In DEB models, a relatively simple description using a scaled functional response is applied. The scaled functional response describes the energy uptake rate as a function of food concentration. The effect of suspended sediment concentration can be incorporated in the functional response. The low concentrations of particulate inorganic matter have an effect on the food uptake rate. Filter feeding mussels need to invest time and energy processing the inorganic matter. Short-term increases of particulate inorganic matter have less impact on the growth performance of the shellfish compared to a continuous increase. The timing of dredging activities is also important. In the winter period, when the activity of the mussels is low, the impact of increased suspended sediment concentration is much less than during summer time. Because mussels are able to adapt to different silt concentrations in the water column, it is important that impact studies take into account the natural variability of silt concentrations the area, as well as the time spans during which these conditions may remain modified. Short term increases in suspended sediment concentration will have less impact on the food intake of shellfish than a continuous release.
This study is primarily focused on blue mussels as a model species for suspension-feeding lamellibranchiate bivalves. It is assumed that the processes will be comparable for other species and that only the values of the parameters will differ. However, it is good to check this assumption using literature data from other species.The models that were used in this case study were not directly calibrated with field observations and literature information on filtration rates and pseudofaeces production. It would be an improvement to perform an additional calibration with the appropriate data.
Case study conclusions
Under natural conditions, many factors may influence the filtration rate of bivalves. Feeding under laboratory conditions may not always accurately reflect in situ filtration where a wide spectrum of changing environmental factors and species interactions may influence the feeding behavior. The present case study is believed to reflect important basic features of mussels’ feeding behavior in nature where phytoplankton is the main source of nutrition. Among the many parameters that may affect the in situ feeding behavior, phytoplankton biomass (expressed as Chl a concentration) seems to be the most important. Yet, high concentrations of silt/seston leading to preingestive rejection/pseudofaeces production, for instance, may also affect the feeding of mussels in estuaries and exposed coastal waters.
Although there is still no general agreement regarding physiological control of water pumping in response to (very) high concentrations of particles in the ambient water, present consensus tends to be that the filtration rate is high and constant, between a lower critical level and an upper seston concentration threshold. It remains to be clarified if the reduced filtration rate at high seston concentrations is caused by physiological regulation (supporting maximum assimilation and growth) or overloading (adversely affecting food uptake and growth). The impact of changes in silt and/or phytoplankton concentrations on the growth of an individual blue mussel (Mytilus edulis) can be modeled in a deterministic way, using the DEB-model. In cases where worst case or conservative assumptions are made to model ecological impacts deterministically, however, the use of a probabilistic instead of a deterministic approach can have several advantages (Van Kruchten 2008). For example: in a probabilistic approach worst-case assumptions can largely be prevented by incorporating the uncertainty itself in the cause-effect chain modeling. In such case, deterministic modeling may lead to an overestimation of the ecological effect, whereas the probabilistic modeling results give information on the probability of occurrence of possible effects.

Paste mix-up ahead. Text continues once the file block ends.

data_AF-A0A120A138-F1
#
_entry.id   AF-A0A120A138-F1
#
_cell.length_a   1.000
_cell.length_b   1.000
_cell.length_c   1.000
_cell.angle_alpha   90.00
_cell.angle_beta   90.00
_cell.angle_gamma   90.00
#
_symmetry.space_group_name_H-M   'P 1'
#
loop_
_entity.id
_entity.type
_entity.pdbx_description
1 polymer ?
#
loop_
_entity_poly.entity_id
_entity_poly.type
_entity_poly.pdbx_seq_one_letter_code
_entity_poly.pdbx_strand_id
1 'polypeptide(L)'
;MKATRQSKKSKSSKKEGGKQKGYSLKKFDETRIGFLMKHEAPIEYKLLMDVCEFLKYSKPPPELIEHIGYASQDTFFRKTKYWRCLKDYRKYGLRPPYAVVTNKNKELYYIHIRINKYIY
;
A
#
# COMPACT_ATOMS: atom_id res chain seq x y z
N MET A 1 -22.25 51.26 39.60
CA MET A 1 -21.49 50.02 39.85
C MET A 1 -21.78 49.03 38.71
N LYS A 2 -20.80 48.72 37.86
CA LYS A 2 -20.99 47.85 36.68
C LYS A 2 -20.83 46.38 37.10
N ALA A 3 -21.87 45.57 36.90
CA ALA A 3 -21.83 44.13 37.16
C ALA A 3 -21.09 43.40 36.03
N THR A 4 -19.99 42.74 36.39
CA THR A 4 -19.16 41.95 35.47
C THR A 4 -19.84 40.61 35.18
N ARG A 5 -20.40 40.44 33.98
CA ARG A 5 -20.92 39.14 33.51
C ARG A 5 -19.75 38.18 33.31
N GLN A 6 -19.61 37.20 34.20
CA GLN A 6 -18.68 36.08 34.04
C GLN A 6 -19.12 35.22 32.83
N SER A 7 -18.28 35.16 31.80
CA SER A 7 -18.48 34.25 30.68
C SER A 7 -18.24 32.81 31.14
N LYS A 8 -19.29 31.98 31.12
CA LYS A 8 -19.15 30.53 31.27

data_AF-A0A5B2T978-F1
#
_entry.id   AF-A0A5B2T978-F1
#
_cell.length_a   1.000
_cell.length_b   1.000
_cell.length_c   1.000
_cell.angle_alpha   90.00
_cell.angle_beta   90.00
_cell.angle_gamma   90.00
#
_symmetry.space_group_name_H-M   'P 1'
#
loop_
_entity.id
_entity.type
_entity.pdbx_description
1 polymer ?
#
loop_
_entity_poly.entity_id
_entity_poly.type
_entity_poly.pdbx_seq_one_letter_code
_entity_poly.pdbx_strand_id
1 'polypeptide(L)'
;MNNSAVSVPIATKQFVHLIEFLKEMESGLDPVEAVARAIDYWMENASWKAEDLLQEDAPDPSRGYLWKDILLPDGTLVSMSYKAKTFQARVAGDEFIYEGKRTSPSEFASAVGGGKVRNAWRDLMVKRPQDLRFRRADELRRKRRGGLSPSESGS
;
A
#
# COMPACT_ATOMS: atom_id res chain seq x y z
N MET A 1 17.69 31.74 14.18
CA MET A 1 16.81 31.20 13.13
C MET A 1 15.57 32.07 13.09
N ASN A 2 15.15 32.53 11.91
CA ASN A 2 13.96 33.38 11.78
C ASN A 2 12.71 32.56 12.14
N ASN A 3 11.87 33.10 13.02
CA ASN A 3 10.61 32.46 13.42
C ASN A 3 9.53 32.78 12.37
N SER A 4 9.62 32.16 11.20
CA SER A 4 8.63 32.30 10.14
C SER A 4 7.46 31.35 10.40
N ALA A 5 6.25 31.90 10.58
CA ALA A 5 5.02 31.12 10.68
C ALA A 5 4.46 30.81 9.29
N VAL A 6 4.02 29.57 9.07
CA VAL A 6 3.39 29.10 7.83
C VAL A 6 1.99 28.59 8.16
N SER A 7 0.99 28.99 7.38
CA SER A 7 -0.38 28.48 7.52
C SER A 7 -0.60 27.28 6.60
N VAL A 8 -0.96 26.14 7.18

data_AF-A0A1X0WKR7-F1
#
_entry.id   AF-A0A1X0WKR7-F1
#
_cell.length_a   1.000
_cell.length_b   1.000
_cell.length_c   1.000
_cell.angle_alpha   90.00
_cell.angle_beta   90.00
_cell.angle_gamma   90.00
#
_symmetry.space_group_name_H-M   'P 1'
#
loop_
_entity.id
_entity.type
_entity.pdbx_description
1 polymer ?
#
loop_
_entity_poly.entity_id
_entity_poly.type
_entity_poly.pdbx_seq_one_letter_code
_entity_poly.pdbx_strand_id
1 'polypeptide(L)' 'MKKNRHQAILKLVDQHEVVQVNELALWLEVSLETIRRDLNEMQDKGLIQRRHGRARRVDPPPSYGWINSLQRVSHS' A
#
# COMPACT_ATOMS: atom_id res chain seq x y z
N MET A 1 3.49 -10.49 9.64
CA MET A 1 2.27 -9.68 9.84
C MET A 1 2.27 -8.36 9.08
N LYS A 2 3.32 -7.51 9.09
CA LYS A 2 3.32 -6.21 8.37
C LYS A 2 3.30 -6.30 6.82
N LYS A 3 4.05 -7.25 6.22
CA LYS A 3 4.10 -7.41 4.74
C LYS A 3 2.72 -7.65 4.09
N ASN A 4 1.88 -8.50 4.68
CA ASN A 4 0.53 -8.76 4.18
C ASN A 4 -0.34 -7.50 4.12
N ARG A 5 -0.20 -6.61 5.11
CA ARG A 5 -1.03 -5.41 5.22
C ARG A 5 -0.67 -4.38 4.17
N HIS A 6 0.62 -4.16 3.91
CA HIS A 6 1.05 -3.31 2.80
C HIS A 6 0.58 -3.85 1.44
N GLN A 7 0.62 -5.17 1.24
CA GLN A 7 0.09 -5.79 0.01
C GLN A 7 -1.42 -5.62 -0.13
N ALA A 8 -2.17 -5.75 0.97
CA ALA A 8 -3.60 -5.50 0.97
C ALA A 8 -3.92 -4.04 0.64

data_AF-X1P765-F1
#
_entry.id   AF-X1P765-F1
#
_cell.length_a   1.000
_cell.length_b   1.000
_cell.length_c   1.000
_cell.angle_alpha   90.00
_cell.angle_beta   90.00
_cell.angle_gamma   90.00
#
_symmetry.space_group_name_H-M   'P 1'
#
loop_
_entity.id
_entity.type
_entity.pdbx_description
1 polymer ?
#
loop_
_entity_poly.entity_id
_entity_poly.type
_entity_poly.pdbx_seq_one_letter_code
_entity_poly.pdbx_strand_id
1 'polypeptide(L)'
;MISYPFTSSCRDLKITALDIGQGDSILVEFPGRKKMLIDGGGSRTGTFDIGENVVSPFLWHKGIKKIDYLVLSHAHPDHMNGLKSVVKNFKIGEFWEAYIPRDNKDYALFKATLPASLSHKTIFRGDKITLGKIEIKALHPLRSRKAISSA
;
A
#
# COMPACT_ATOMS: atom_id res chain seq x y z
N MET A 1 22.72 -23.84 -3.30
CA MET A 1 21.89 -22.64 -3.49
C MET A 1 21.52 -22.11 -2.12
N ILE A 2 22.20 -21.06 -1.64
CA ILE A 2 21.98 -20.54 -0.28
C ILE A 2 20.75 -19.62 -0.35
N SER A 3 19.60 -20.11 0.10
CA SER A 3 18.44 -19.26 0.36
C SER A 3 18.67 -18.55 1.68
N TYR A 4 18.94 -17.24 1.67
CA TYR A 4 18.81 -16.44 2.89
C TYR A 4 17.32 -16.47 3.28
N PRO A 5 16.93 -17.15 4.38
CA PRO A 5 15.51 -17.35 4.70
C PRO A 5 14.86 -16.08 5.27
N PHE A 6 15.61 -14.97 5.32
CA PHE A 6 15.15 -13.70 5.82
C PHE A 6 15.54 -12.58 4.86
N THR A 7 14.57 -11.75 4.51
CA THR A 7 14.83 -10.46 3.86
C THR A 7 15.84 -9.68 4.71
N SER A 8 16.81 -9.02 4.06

Although in the DEB model uncertain parameters or variables can be identified, realistic instead of conservative assumptions are made to deal with these uncertainties. In order to quantify the uncertainty, Monte Carlo simulations with varying parameter values can be made. The added value of applying a probabilistic analysis to this case is limited and will not make a difference between a highly conservative and a realistic estimate of the impact on mussels. A probabilistic analysis might be used to quantify the uncertainty margin of the final prediction. Because a probabilistic analysis is quite laborious, however, a sensitivity analysis instead of a probabilistic analysis is recommended to give insight into the uncertainty margins of the results.